Louise Penny: A World of Curiosities

It’s not easy to tell a good story in the past and present at the same time. Often, characters get lost along the way, or one plot is simply far better. Louise Penny manages it handily in A World of Curiosities. In many ways, though it’s the eighteenth book in the series, it’s an origin story, too. It helps that these characters we’ve come to love play such a strong part in both stories. And, though the backbone of Penny’s books is built on Armand Gamache and Jean-Guy Beauvoir’s relationship, we’ve never seen their first case together. We know how they met, of course, but Penny had never gone in depth.

As with all good mysteries, the current tragedy starts in the past. When Gamache and Beauvoir meet, Beauvoir is circling the drain. He’s angry, young, and rebellious. His superior officer does not like him, and the feeling is definitely mutual. Thanks to a recent murder in the area, Gamache has been called in to solve it, and potentially drop the axe on Beauvoir’s career at the same time. Of course, we know he doesn’t take that swing, but now it’s clear why.

What started with a dead woman found in the river leads to a perplexing mystery in the present. At least, Gamache thinks the cases are connected. Fiona and Sam Arsenault are visiting Three Pines right as things get weird. These two, now grown, are the children of the woman found in the river so long ago. After what happened, Gamache took Fiona under his wing, but never did so for Sam. He never trusted Sam enough, even though everyone else, his wife and best friend included, preferred him to his sister.

Just as the two return to Gamache’s life, Fiona points out that Myra’s home has a secret attic that was long boarded up. Myra, needing more space, takes advantage of the news and takes down the wall. There, they find a reproduction of the famous painting A World of Curiosities, and a waterfall of mysteries comes from there. How did it get in the attic? Why was it there in the first place? And, given that the reproduction has modern touches, why was it added recently?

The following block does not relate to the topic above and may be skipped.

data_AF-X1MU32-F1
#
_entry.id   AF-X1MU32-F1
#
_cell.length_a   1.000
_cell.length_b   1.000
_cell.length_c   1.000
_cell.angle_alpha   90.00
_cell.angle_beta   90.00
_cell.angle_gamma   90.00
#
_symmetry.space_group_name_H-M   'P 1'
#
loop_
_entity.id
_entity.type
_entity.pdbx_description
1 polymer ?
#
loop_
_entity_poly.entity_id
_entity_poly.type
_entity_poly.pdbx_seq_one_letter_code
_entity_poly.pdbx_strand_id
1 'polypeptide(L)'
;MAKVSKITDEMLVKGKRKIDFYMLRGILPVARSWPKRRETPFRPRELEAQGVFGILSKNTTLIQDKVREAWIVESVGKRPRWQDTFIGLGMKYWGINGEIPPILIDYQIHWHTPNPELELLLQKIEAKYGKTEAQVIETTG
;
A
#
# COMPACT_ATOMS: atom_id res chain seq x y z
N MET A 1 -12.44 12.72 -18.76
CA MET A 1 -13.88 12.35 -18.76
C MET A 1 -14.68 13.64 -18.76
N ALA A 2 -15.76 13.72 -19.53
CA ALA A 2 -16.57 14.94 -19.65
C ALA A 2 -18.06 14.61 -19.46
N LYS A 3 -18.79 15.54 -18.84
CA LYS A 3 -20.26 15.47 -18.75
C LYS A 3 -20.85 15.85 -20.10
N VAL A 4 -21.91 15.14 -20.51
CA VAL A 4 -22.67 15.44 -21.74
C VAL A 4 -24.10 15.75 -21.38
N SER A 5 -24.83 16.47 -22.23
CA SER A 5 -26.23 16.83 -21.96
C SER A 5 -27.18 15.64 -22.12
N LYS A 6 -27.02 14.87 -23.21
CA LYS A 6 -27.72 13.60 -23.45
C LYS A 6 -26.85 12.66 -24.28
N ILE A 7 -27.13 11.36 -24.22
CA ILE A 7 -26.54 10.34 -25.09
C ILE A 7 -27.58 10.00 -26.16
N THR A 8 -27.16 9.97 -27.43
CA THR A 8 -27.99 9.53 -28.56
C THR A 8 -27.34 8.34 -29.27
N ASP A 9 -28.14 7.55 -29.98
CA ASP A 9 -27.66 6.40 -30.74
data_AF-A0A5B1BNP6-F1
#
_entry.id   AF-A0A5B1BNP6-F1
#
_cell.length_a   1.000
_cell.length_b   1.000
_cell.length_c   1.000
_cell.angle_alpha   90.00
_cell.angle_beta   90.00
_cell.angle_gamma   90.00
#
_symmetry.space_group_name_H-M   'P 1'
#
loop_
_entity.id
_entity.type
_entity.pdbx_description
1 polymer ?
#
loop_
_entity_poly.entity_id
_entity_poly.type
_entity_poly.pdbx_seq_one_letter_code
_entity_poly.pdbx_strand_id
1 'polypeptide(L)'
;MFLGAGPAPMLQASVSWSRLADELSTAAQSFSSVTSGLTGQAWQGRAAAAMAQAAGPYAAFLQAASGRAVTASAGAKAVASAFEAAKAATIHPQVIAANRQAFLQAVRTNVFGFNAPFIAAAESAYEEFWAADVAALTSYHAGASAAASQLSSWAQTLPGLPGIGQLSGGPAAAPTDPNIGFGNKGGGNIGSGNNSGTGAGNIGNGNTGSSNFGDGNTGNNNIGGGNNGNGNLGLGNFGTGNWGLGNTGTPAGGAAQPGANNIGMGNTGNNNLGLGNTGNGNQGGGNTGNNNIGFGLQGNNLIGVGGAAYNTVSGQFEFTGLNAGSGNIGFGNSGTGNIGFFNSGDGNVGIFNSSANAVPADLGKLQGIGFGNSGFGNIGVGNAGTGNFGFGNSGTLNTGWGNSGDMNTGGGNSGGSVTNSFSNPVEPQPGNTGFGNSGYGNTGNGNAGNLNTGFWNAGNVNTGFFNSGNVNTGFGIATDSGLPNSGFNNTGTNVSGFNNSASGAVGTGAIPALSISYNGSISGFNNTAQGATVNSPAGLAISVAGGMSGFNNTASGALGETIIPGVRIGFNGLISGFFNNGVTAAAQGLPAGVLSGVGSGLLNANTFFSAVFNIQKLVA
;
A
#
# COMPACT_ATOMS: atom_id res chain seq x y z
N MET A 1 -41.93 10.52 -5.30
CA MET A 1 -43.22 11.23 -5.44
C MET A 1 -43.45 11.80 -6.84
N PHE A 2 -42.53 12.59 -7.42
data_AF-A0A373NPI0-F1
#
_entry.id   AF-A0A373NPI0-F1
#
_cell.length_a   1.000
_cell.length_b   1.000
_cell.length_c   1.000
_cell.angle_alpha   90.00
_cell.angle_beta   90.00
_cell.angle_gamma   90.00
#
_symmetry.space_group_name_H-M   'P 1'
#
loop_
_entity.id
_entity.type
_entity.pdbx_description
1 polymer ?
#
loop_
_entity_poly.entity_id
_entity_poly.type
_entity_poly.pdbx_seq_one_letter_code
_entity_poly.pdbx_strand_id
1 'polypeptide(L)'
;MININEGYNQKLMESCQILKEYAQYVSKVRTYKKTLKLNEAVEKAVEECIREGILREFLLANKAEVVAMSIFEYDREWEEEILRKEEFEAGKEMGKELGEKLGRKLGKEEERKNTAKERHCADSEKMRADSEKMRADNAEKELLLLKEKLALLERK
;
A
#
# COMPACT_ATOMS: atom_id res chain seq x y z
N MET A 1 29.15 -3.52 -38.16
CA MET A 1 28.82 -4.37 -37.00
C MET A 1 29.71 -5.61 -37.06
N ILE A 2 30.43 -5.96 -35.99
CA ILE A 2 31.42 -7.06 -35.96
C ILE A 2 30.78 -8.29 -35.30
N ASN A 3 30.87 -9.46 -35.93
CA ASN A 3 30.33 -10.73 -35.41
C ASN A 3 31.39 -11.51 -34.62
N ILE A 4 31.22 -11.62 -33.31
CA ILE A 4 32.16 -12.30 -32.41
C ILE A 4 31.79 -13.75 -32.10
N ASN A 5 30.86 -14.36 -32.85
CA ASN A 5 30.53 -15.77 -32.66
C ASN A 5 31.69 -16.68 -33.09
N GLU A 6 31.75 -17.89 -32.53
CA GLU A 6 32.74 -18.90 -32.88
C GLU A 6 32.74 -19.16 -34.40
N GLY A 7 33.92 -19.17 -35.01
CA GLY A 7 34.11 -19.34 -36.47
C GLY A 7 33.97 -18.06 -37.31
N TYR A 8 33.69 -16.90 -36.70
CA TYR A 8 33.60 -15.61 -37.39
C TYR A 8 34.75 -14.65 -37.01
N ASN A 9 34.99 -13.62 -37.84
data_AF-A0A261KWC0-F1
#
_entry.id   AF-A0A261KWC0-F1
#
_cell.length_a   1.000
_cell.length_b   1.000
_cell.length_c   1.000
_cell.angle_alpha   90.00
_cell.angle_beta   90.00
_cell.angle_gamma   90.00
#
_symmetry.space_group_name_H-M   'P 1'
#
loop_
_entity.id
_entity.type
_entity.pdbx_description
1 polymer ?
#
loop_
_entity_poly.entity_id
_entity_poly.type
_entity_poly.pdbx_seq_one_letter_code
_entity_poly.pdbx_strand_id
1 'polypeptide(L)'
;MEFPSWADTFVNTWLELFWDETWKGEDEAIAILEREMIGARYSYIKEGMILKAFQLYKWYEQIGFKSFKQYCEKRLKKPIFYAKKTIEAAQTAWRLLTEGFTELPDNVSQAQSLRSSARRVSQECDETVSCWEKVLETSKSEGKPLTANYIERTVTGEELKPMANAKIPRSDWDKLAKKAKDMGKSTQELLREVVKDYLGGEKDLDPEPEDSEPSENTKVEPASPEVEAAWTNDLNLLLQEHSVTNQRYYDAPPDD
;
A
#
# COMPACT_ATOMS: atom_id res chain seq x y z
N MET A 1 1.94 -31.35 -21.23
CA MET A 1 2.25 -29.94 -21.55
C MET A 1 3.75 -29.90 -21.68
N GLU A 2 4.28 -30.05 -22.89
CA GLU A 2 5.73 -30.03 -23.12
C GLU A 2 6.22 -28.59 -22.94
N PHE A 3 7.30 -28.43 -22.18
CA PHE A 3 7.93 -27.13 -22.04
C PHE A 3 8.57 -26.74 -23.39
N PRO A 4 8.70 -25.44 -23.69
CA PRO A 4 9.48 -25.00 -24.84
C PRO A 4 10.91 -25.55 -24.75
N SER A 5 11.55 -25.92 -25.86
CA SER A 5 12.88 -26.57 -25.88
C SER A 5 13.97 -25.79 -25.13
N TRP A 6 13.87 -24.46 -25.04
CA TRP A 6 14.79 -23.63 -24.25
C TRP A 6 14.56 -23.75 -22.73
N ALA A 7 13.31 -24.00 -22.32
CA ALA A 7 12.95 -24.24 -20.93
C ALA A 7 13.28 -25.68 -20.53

Throughout, Gamache struggles with his gut instinct to trust Fiona, going back and forth on whether or not she is involved. It’s certainly a big coincidence that the siblings are there when things start happening, but is it just that? The matter becomes more pressing as, of course, a body turns up in the present day too. And it seems he must solve the case quickly – danger is in Three Pines, whether the Arsenaults have anything to do with it or not.

Penny is a master of her craft, and she shows off her research skills without dragging the story down. We get hints of the founding of Three Pines, details about the painting, and even a look into Canada’s relationship with mass shootings and how Gamache figured into one of the worst. Though jumping in on book eighteen probably isn’t recommended, this book can just about be enjoyed on its own. It explains a lot, while adding brushstrokes to the series canvas along the way. This entry may very well be one of my favorites in the series, full stop. — Margaret Agnew


Margaret Agnew is the Director of the Cahokia Public Library in Cahokia, Illinois.  A graduate of Ripon College and Indiana University, she has been a mystery fan and an avid reader from an early age.  She also reviews for Mystery Scene magazine.